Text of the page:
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Last Updated: Thursday, 22 July, 2004, 15:55 GMT 16:55 UK
Could a kidnapping change Argentina?
The BBC's Elliott Gotkine
By Elliott Gotkine
BBC South America correspondent

"If you want proof that he's alive, we'll send you three of his fingers."

These chilling words were among the last Juan Carlos Blumberg would hear from the kidnappers of his 23-year-old son, Axel.

Days later, the blue-eyed university student was dead, brutally beaten and murdered as he tried to escape his captors.

Juan Carlos Blumberg, Axel's father
I swore I would fight to make sure this doesn't happen to other youngsters
Juan Carlos Blumberg
Axel Blumberg is just one of about 200 people kidnapped in Argentina so far this year - though experts believe many abductions go unreported.

Over the past two years, the number of kidnappings in the country - long regarded as one of the safest in Latin America - has increased more than fivefold.

In the same period, victims have handed over up to three billion pesos ($1bn) in ransoms, according to Alex Zunca, a security adviser to the province of Buenos Aires and a sometime bodyguard to the likes of Madonna and David Copperfield.

The latest Citizen Security Monitor survey, carried out by Argentina's Ministry of Justice, suggests that one in every 10 residents in Buenos Aires now fears being kidnapped - that's 300,000 people.

Many of these were doubtless among the 200,000 demonstrators who heeded Juan Carlos Blumberg's call to gather peacefully in the centre of Buenos Aires earlier this year, for two rallies demanding greater security and stiffer penalties for criminals.

Not since Argentina's economic meltdown a little over two years earlier had this many people taken to the streets, and all because Mr Blumberg's tragic loss touched a chord in a society too often disinterested in issues which have no direct effect on their lives.

Only child

Sitting in the cluttered living room of his home in the middle-class commuter town of Martinez, Mr Blumberg said it was seeing his only child's lifeless body in the local morgue which propelled him into action.

Members of the 'Crusade for Axel'
Blumberg's campaign has struck a chord with many Argentines
"He was covered in bruises, he had no nails; the boy was massacred," he said, as he broke down in tears.

"It was terrible. For me, that was when I swore that I was going to find the people responsible. I swore I would fight to make sure this doesn't happen to other youngsters and that's what I am doing."

Mr Blumberg's one-man "Crusade for Axel" has already had results by forcing the Argentine government to hastily cobble together a national security plan - which includes the creation of an FBI-style agency - and possibly lowering the age of criminal responsibility to 14.

But Argentine governments have a history of making promises they cannot keep.

So will this battery of new security measures ultimately have any effect?

"I think so," Mr Blumberg said, "because there are people taking part in these demonstrations from all over the country and we have five million signatures [for his petition demanding greater security].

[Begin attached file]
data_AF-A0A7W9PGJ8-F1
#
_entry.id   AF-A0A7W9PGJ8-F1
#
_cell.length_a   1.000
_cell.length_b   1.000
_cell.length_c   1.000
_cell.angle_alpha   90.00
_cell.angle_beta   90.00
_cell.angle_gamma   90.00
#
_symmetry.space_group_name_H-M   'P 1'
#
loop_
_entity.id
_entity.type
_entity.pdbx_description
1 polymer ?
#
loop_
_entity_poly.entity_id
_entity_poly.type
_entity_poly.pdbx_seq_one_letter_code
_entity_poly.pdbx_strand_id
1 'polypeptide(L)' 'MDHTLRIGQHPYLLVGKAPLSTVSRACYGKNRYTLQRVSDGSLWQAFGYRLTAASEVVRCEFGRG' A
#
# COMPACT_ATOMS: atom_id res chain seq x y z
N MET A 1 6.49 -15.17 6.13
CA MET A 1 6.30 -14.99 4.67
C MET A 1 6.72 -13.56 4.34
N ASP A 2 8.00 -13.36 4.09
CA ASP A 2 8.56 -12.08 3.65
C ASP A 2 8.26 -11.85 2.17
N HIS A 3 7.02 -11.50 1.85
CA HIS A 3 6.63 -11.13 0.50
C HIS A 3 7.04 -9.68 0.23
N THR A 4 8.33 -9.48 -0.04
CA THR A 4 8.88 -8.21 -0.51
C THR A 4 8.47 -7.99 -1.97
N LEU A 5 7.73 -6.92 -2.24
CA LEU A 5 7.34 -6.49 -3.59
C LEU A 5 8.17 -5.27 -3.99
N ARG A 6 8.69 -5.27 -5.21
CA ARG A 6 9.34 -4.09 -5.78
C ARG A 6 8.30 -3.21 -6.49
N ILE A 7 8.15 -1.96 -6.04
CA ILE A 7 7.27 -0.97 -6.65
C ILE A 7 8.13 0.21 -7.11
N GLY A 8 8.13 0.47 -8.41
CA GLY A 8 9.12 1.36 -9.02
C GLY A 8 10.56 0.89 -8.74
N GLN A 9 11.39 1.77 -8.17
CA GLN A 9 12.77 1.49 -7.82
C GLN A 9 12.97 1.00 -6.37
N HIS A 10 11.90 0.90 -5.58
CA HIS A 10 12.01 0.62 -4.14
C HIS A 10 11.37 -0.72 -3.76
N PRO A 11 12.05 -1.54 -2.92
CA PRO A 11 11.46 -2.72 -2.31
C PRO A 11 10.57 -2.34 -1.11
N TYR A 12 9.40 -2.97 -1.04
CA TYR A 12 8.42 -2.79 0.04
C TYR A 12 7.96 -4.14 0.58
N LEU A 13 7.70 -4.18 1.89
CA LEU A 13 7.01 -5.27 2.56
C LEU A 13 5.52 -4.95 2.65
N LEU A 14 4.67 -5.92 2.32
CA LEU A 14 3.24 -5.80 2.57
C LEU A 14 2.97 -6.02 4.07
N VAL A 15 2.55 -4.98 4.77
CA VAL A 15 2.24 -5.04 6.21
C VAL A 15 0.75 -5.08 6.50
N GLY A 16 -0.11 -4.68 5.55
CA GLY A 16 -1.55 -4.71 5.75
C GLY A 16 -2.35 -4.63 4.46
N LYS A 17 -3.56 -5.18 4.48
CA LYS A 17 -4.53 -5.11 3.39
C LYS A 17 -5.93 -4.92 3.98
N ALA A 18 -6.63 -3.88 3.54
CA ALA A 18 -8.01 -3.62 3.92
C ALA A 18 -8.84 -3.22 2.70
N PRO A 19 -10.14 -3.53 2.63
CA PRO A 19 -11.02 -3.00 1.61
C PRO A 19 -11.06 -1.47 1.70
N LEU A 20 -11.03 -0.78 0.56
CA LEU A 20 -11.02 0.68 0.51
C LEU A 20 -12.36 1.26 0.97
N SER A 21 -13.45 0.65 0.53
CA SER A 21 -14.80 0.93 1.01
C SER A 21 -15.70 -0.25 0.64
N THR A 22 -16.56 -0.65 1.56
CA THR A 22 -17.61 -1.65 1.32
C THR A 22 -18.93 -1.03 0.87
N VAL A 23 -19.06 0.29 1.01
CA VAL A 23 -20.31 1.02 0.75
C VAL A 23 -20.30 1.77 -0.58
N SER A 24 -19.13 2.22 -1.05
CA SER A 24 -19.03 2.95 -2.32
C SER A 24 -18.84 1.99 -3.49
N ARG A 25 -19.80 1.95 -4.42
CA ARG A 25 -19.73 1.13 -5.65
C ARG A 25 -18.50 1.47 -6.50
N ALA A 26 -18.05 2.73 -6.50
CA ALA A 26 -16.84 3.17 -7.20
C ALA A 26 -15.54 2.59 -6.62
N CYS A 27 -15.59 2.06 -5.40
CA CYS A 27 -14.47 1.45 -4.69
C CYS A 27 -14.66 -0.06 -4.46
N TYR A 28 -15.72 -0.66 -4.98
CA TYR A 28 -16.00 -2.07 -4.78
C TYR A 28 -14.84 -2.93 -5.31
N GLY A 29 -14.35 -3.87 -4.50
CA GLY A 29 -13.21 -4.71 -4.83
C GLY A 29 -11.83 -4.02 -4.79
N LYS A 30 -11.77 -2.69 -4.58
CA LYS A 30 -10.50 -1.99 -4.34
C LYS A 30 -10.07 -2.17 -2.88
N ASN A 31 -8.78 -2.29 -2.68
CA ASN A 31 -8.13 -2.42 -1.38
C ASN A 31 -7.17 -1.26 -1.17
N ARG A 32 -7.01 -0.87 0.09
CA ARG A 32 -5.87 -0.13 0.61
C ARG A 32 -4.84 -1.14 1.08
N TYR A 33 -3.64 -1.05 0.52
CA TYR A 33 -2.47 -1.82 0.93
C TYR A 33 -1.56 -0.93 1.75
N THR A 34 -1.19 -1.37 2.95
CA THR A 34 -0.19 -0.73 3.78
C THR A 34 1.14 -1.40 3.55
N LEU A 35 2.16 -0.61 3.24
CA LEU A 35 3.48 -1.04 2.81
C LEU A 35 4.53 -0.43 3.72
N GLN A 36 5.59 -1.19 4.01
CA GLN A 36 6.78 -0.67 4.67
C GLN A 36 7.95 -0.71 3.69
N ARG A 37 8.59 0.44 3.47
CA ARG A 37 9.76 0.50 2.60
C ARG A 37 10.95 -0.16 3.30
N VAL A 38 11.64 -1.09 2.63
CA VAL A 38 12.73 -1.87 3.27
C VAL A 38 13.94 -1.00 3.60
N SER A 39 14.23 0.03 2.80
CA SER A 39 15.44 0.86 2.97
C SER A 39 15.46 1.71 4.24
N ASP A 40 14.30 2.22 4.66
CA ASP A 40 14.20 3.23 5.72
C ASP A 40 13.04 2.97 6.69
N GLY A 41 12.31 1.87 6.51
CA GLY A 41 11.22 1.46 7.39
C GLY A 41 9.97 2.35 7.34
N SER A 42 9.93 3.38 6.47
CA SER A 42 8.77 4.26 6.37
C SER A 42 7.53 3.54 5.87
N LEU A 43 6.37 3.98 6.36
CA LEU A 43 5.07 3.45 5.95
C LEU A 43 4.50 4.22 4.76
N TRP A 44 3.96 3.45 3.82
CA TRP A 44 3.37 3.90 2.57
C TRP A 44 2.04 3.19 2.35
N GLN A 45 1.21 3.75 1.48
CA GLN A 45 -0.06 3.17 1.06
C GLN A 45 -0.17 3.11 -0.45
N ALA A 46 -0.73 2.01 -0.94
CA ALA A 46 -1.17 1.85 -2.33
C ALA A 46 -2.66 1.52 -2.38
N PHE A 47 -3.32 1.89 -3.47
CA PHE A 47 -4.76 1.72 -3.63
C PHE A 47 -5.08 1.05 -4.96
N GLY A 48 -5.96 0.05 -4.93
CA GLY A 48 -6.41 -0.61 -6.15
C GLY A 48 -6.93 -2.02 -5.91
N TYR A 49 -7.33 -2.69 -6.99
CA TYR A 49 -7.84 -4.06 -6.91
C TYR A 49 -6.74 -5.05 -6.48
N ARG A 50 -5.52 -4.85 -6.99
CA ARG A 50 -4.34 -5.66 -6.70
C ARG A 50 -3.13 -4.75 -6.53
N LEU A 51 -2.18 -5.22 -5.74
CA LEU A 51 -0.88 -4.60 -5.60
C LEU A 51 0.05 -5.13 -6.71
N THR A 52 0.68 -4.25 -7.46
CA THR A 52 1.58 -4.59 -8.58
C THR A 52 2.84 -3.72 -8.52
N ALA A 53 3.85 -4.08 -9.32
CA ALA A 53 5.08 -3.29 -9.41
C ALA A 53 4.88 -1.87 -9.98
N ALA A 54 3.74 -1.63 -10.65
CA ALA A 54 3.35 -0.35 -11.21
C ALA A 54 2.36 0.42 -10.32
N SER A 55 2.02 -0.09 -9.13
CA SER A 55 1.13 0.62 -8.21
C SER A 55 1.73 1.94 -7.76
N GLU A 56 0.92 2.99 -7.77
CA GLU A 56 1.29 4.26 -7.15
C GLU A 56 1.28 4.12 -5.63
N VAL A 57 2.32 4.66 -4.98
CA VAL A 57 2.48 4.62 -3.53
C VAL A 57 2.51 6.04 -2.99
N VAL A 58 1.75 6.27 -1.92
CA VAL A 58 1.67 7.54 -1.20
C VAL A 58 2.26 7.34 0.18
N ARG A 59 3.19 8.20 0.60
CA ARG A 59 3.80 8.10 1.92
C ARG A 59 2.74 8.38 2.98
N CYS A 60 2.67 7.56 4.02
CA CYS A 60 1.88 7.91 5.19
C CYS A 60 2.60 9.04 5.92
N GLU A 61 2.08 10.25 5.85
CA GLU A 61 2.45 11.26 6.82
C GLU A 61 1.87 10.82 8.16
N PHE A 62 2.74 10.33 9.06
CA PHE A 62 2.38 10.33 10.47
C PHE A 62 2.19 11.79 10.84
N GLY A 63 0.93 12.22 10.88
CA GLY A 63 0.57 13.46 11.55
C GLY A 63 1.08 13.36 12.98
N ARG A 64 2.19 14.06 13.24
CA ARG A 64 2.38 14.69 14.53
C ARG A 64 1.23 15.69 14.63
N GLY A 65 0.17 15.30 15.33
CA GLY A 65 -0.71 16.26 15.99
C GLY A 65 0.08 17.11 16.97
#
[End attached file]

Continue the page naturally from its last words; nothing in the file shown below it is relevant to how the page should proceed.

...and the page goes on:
"So the politicians will be obliged to make these changes because the people will demand it. And if they don't, in the next election, these people will be out of a job."

Under pressure

One of the politicians under more pressure than most is the new security minister for Buenos Aires province, Leon Arslanian.

Buenos Aires province security minister Leon Arslanian
Arslanian is recruiting more officers and purging the ranks
His biggest challenge will be to reform the notoriously corrupt Buenos Aires provincial police force, which has been shown to be involved in several kidnappings - though in the Blumberg case it is just accused of bungling.

Mr Arslanian has already begun recruiting up to 2,000 new officers.

And he has sacked scores of policemen accused or convicted of crimes.

But he can do little to tackle the root causes of crime, such as poverty, unemployment and an abysmal education system.

He told the BBC: "My expectation is to carry forward a process of change and transformation which allows the police to be trusted by the country, by its community, to be able to prevent and solve crimes, and to carry out successful investigations.

"The community wants there to be no more crimes, it wants to live in peace."

So far, there is little sign that either of these is happening.

According to Argentine media reports, Buenos Aires now has one reported kidnapping every 48 hours.

And so long as the situation fails to appreciably improve, Mr Blumberg has vowed to continue fighting his crusade.

"When we get them to pass the laws, when all those murderers are in prison, and when the people can live in peace - so the criminals are not the ones who are in the street, and we, the decent people, have to hole ourselves up in our homes behind bars - that's when my job will be done."

Big rise in Argentine kidnappings
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02 Apr 04 |  Americas
Argentina shakes up police
03 Jun 03 |  Americas
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01 Apr 04 |  Americas
Country profile: Argentina
21 Feb 04 |  Country profiles
Timeline: Argentina
20 Feb 04 |  Country profiles

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